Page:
Catholic Worker Movement — The Catholic Worker Movement is “grounded in a firm belief in the God-given dignity of every human person.” Since its founding in 1933 they have protested war, violence and injustice in all forms. Its journal is The Catholic Worker.

Changemakers.net — A monthly journal of stories about system-changing, problem-solving initiatives undertaken by social entrepreneurs from around the world.

Clean Clothes Campaign — A coalition of European groups aiming to improve working conditions in the global garment industry. Conducts campaigns and provides information on companies such as Adidas, Benneton, C & A, Disney, Phillips-Van Heusen, Gap, H & M, Levi-Strauss, Nike, and Otto.

Green America — Valuable information on sweatshops, consumer boycotts, and strategies to use “consumer and investor power for social change.” Co-op America is a national nonprofit organization that helps individuals find businesses that are environmentally responsible and engage in fair trade, and offers technical assistance to companies aiming for social and environmental responsibility.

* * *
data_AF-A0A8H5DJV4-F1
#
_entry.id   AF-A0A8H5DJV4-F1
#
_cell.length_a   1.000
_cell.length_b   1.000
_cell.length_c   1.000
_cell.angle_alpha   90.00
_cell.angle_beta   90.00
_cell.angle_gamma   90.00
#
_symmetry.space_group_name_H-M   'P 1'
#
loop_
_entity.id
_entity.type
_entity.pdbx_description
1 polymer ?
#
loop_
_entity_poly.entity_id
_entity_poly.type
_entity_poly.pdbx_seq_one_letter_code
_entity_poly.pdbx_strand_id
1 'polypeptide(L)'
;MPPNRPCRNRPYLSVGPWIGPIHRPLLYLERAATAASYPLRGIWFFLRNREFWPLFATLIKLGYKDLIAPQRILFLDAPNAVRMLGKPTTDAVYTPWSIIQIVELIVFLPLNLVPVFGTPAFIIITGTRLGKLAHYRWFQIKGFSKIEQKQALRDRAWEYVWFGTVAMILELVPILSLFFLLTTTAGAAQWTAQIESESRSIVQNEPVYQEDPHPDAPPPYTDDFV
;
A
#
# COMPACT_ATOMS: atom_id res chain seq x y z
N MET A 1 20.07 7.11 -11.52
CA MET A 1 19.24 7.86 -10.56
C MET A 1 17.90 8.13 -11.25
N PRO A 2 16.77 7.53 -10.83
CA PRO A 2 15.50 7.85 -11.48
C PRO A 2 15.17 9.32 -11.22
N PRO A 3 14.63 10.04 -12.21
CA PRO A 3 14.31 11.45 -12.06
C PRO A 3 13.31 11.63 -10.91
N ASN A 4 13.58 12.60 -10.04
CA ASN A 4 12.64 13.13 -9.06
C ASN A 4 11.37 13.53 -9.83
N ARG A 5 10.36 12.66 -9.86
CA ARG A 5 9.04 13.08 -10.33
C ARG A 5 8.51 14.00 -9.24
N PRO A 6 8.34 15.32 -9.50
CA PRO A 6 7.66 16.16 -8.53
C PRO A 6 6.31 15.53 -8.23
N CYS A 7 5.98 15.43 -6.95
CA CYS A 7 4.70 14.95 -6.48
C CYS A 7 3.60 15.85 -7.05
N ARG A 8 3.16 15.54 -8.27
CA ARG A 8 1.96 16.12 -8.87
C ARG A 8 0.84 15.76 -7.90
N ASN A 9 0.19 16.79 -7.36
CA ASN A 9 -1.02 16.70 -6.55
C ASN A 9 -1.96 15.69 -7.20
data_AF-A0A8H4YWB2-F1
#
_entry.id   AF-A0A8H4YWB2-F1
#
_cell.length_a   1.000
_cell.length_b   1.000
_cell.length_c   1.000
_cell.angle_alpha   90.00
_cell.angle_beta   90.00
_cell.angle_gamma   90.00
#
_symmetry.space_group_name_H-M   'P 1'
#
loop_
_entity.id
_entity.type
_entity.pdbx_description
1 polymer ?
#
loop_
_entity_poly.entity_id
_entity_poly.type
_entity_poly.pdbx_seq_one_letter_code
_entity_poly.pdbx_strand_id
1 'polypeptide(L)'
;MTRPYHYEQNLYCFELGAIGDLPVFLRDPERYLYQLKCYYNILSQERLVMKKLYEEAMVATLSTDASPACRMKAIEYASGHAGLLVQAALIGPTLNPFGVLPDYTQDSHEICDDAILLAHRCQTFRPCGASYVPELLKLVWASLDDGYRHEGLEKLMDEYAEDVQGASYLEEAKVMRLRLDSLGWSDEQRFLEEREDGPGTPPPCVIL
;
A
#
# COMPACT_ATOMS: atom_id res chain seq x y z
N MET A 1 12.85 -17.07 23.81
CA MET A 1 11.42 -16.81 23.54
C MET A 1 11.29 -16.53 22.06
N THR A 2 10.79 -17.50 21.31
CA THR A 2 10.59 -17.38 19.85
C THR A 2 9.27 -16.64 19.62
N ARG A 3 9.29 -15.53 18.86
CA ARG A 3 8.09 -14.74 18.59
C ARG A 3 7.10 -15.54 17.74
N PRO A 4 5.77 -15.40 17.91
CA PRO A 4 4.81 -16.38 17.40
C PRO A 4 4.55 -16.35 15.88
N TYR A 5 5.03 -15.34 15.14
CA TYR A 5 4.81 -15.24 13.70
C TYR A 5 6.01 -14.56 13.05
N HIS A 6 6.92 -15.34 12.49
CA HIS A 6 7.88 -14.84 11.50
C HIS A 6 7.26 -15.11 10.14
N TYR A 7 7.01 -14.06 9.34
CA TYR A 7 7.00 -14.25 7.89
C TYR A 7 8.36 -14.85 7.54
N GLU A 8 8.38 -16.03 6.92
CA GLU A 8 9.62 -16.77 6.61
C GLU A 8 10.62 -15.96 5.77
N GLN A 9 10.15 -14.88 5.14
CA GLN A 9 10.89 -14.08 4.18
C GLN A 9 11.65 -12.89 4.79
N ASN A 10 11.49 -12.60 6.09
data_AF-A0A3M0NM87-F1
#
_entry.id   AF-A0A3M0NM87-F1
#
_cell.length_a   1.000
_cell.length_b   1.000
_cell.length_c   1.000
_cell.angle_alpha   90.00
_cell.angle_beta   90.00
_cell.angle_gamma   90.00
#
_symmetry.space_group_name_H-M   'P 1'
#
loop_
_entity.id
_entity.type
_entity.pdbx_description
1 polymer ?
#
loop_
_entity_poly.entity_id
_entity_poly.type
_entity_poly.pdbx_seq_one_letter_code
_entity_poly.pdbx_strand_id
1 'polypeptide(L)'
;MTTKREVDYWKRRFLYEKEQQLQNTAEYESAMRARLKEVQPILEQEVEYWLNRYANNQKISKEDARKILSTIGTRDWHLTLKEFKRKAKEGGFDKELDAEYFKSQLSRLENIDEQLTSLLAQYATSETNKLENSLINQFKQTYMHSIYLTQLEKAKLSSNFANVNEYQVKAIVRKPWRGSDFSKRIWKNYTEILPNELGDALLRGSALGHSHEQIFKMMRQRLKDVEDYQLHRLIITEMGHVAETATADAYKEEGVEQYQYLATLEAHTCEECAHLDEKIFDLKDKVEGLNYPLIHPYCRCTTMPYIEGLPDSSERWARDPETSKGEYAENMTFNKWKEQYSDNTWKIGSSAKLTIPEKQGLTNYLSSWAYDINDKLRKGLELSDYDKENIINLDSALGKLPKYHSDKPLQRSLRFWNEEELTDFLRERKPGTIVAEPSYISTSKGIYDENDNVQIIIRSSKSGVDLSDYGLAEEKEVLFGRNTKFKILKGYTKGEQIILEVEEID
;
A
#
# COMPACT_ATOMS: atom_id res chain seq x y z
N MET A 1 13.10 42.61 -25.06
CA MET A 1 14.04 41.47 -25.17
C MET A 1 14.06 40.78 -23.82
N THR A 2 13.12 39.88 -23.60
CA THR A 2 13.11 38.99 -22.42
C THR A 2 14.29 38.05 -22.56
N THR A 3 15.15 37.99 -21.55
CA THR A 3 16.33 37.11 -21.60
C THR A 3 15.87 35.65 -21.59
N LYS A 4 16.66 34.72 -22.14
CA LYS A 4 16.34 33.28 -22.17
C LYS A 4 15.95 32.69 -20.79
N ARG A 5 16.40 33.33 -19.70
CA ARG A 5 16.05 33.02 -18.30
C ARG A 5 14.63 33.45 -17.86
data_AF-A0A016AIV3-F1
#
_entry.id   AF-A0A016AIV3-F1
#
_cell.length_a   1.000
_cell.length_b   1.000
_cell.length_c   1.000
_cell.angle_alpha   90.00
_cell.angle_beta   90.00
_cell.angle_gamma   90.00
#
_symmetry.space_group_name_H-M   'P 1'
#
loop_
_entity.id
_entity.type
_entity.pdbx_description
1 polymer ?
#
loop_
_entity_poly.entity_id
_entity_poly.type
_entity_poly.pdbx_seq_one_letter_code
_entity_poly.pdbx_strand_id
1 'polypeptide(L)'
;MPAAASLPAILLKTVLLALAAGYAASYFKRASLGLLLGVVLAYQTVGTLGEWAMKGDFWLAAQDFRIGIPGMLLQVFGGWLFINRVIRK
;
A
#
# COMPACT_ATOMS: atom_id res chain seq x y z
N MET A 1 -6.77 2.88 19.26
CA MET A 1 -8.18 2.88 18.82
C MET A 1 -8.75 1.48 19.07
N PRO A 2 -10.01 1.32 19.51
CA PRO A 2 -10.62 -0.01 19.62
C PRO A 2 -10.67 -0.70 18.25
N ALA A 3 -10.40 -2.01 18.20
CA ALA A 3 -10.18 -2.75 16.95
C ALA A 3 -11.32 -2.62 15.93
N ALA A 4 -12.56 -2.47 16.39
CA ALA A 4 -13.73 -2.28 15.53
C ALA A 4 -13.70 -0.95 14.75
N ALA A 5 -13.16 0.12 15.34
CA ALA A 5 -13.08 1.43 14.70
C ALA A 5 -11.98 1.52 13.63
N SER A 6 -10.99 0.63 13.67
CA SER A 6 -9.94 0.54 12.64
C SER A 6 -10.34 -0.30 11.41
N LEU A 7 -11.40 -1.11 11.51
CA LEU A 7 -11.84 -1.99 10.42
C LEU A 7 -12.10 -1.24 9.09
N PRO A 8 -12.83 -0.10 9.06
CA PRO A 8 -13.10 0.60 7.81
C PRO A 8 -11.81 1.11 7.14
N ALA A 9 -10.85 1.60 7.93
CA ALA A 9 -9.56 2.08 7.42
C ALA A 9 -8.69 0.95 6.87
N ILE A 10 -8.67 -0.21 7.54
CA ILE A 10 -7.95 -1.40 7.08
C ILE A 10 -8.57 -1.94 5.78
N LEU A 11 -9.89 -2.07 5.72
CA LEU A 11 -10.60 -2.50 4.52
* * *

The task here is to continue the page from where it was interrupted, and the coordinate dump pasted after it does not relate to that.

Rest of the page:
The Council of Canadians — This independent organization provides analyses on key issues from a critical and progressive standpoint. Its director, Maude Barlow, is perhaps the leading critic of schemes to privatize the world’s freshwater supplies.

CorpWatch — Indispensable resources and news about globalization and justice struggles around the world. An online issue library includes topics such as biotechnology, Globalization 101, grassroots globalization, sweatshops, the WTO and the IMF/World Bank. Very extensive links. A similarly valuable but unrelated site is Corporate Watch.

Cultural Survival — Cultural Survival sponsors basic research on indigenous peoples, particularly examining the effects of “development.” The results of this research are published in its Cultural Survival Quarterly. The website includes an education archive with curriculum resources offered, including Rainforest Peoples and Places (grades 6-9), The Chiapas Maya (grades 6-12) and the Rights of Indigenous Nations.

The David Suzuki Foundation — David Suzuki is one of the world’s leading geneticists and environmentalists. The foundation is especially active in the area of climate change, focusing on the “urgent need for practical strategies to reduce global warming caused by human activities.”

Focus on the Global South — Too often discussions of globalization are dominated by those of us in the North, however well-intended or well-informed we may be. Focus on the Global South’s website features wonderful, hard-to-find, in-depth articles from the perspective of activists and scholars in the global South ÷ the so-called Third World. See their “publications” section.